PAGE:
Not many in the Hollywood set would rather meet a mathematician than a movie star. But that's the case for Bob Zeidman, an engineer and writer whose novel Horror Flick won the Opus Magnum Hollywood Discovery Award in 1998 and has gotten nibbles (but as yet no bites) from the likes of producer David Foster, of Collateral Damage (2002) and The Mask of Zorro (1998) fame.
In Tinsel Town for a book signing before the Academy Awards last month, Zeidman and his wife, Carrie, a graphic artist, met actors John Goodman, Patrick Swayze and Oscar nominee Jon Voight, among others. It was fun to rub shoulders with the stars, but Zeidman said he was more impressed by mathematician John Nash, the subject of Best Picture winner A Beautiful Mind, whom he happened to run into at the airport.
"I've always believed and have talked to school kids about the fact that [our society] places too much emphasis on celebrities and not enough on the engineers, scientists and other educated people of the world who leave a lasting mark," said Zeidman, who reported that Nash mostly asked him about himself after Zeidman told the Nobel prize winner he studied physics, has a keen interest in math and is a big admirer of Nash's accomplishments, which include overcoming schizophrenia.
The 42-year-old EE is uniquely positioned to ponder flash vs. substance, since he straddles the two in his own career. Besides writing novels and screenplays, he is an engineering consultant with his own company (Zeidman Consulting; Cupertino, Calif.); founder of an online engineering training company called The Chalkboard Network; and author of several engineering texts.
Some might find the two careers at odds, but Zeidman believes both efforts require a similar kind of creativity. "Creating a circuit requires some kind of inspiration or insight that is hard to explain or describe," he said. "The same is true for getting an idea for a story. In both cases, I can describe the processes I go through: letting your mind go from thought to thought to thought, recording those that are useful or interesting and discarding the others," Zeidman said. "But how I arrive at the useful ideas is difficult to describe or predict."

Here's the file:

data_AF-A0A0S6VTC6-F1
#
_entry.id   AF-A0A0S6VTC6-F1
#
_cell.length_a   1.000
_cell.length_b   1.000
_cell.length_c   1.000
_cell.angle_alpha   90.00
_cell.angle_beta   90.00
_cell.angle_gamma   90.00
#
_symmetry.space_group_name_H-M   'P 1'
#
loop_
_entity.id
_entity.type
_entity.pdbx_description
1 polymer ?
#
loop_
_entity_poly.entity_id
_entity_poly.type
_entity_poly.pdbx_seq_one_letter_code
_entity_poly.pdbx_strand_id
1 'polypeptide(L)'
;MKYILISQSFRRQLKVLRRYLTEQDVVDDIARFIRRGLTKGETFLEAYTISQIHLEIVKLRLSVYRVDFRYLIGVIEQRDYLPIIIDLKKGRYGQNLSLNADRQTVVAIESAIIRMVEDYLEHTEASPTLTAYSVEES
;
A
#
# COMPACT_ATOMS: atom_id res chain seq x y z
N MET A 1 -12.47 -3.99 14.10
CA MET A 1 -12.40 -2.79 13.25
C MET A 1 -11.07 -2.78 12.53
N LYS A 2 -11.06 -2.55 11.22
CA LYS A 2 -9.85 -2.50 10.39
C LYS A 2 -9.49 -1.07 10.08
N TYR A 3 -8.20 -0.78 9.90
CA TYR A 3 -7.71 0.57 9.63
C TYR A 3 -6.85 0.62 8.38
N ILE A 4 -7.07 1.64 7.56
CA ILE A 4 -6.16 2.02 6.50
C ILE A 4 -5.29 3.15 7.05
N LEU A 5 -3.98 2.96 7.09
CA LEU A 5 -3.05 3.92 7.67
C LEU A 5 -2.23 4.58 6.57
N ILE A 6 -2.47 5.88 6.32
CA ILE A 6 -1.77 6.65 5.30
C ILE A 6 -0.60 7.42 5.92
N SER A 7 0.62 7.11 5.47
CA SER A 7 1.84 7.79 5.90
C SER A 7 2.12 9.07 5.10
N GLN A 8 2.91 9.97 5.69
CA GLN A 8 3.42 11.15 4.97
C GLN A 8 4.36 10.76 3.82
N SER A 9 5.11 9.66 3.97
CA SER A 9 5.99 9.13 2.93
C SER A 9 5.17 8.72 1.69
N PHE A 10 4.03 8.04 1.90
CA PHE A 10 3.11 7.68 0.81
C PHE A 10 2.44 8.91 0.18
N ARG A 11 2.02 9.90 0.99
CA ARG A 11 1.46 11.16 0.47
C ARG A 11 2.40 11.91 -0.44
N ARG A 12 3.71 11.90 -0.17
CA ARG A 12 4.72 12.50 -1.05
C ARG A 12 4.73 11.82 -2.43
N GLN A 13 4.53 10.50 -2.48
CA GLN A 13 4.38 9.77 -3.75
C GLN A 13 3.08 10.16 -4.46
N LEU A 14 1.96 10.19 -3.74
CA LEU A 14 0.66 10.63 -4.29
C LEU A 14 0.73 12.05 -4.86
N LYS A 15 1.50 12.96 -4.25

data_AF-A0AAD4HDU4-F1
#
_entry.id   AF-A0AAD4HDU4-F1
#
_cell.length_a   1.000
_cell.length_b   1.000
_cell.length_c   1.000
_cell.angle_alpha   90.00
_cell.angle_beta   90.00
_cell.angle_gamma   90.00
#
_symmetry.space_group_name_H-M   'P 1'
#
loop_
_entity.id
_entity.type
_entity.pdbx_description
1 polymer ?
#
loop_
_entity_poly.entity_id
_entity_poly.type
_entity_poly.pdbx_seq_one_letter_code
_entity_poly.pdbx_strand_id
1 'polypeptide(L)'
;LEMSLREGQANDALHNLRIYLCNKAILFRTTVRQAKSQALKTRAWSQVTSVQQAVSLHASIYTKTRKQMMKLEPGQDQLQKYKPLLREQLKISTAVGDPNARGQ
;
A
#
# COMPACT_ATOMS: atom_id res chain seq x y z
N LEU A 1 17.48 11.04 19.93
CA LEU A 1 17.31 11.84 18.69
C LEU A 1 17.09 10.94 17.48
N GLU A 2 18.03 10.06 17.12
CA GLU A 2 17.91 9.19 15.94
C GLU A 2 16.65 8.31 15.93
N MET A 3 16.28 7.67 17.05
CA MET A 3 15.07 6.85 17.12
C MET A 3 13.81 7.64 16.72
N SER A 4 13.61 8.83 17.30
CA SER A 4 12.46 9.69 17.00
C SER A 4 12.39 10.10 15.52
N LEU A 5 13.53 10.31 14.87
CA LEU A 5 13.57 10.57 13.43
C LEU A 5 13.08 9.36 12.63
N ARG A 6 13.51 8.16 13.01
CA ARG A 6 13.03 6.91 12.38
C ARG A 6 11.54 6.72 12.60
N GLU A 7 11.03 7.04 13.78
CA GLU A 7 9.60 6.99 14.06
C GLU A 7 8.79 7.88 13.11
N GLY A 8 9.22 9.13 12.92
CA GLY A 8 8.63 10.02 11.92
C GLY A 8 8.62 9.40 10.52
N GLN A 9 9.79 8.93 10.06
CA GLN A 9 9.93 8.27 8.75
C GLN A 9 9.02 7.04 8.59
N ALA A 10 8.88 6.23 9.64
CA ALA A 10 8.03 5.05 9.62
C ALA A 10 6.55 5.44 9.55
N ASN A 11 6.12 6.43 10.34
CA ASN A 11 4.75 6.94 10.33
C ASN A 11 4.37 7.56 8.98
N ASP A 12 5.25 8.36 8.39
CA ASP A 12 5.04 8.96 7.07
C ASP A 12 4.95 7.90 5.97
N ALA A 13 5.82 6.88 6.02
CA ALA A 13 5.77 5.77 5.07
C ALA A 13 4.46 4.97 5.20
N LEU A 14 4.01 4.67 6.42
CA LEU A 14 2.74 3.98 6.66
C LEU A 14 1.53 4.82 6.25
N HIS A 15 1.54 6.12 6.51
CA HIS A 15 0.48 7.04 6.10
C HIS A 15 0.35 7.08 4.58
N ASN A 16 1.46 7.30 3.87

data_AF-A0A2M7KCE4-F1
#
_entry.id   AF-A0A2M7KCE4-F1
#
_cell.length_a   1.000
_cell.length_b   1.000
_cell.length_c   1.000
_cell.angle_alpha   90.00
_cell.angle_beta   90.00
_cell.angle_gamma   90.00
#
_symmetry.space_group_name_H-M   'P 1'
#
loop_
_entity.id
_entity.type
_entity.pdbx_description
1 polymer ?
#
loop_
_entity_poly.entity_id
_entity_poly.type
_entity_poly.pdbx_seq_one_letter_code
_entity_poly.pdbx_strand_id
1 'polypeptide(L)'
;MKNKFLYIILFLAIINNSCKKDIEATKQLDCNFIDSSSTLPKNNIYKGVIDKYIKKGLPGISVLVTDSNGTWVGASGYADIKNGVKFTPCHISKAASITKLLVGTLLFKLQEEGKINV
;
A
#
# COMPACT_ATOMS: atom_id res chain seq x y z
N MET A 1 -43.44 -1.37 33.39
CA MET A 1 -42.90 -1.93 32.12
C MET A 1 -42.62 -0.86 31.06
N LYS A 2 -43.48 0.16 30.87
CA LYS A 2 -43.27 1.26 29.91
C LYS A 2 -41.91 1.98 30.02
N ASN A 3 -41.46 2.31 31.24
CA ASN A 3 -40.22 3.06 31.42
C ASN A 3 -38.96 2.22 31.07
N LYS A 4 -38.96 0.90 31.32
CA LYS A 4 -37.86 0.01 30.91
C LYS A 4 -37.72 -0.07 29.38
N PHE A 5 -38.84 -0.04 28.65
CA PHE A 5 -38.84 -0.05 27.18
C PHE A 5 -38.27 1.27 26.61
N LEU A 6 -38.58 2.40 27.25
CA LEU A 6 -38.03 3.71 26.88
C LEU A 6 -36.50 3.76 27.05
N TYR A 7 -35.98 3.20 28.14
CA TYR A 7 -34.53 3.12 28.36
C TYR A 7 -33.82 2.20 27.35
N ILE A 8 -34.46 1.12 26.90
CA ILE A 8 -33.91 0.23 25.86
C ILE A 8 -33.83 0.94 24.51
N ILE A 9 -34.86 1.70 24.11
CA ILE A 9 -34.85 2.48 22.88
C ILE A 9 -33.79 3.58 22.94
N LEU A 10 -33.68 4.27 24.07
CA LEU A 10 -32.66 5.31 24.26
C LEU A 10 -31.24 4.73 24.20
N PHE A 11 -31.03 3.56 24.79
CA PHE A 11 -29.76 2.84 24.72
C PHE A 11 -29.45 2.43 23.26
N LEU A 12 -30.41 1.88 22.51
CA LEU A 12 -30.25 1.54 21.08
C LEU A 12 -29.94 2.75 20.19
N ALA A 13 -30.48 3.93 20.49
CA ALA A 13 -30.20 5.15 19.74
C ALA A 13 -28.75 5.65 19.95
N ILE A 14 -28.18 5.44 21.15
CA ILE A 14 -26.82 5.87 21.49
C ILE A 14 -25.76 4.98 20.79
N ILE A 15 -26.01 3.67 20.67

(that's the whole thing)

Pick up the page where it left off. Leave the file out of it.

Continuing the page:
The Philadelphia native holds dual bachelor's degrees, in physics and electrical engineering, from Cornell University (1981) and a master's in EE from Stanford University (1982). His engineering textbooks include Verilog Designer's Library, Introduction to Verilog and Designing with FPGAs and CPLDs, to be published this summer by CMP Books, the high-tech book-publishing arm of CMP Media LLC, parent company of EE Times. Zeidman has also written engineering reports for some famous high-tech patent infringement cases.
He has been known to do book signings at the Embedded Systems Conference, inking his John Hancock on textbooks and novels alike.
Horror Flick, Zeidman's self-published Hollywood send-up, is the offbeat tale of a Z-grade horror movie that's haunted by the spirit of a star who died during filming and kills those who watch the movie. The case is investigated by a macho detective named Brent Wooden, who hooks up with Buttonwillow McKittrick, a kooky psychic, and a slew of bizarre characters that offer great opportunities for cameos.
Zeidman has written several other works, including a young-adult novel and screenplay, titled The Amazing Adventure of Edward and Dr. Sprechtmachen, and a screenplay called Sex and Violence, a psychological thriller..
Zeidman's writing life began about the same time he was reading books on relativity, at age 13. That was the year he started his first novel.
Zeidman says he had no interest in following in the footsteps of his father, an engineer and businessman. But the teenage novel stalled because, Zeidman said, he didn't understand character or plot development, and "the story didn't go anywhere."
He put the manuscript aside and began considering physics or math, ultimately discarding those dreams because he found the fields too abstract and not as satisfying as solving real-world puzzles.
So he wound up in engineering after all, and says that by the time he was in college he realized that he was "a natural engineer." After grad school, he worked as a chip designer at several Silicon Valley companies before setting up shop as a consultant in 1987. Clients have included Cisco, Ricoh, Texas Instruments and Apple, among others. "[As a kid] I told myself I wouldn't be an engineer or have my own business," he said, chuckling at the irony.
Not long after launching the business, Zeidman took three months off to pick up writing again. He produced several well-received short films (one won first place at the Fremont Film Festival; another was shown at the Philadelphia International Film festival), and a short story won the Foster City Annual Writers Contest in 1990.
Despite these successes, Zeidman hasn't quit his day job. It's not easy to make a career of writing. Still, he is hopeful his agent will succeed in optioning Horror Flick. His wife pictures Jim Belushi as the male lead, but "Tom Hanks or Bruce Willis would pull in a bigger audience," Zeidman mused. As for the psychic sidekick, "I think I'd choose Cameron Diaz."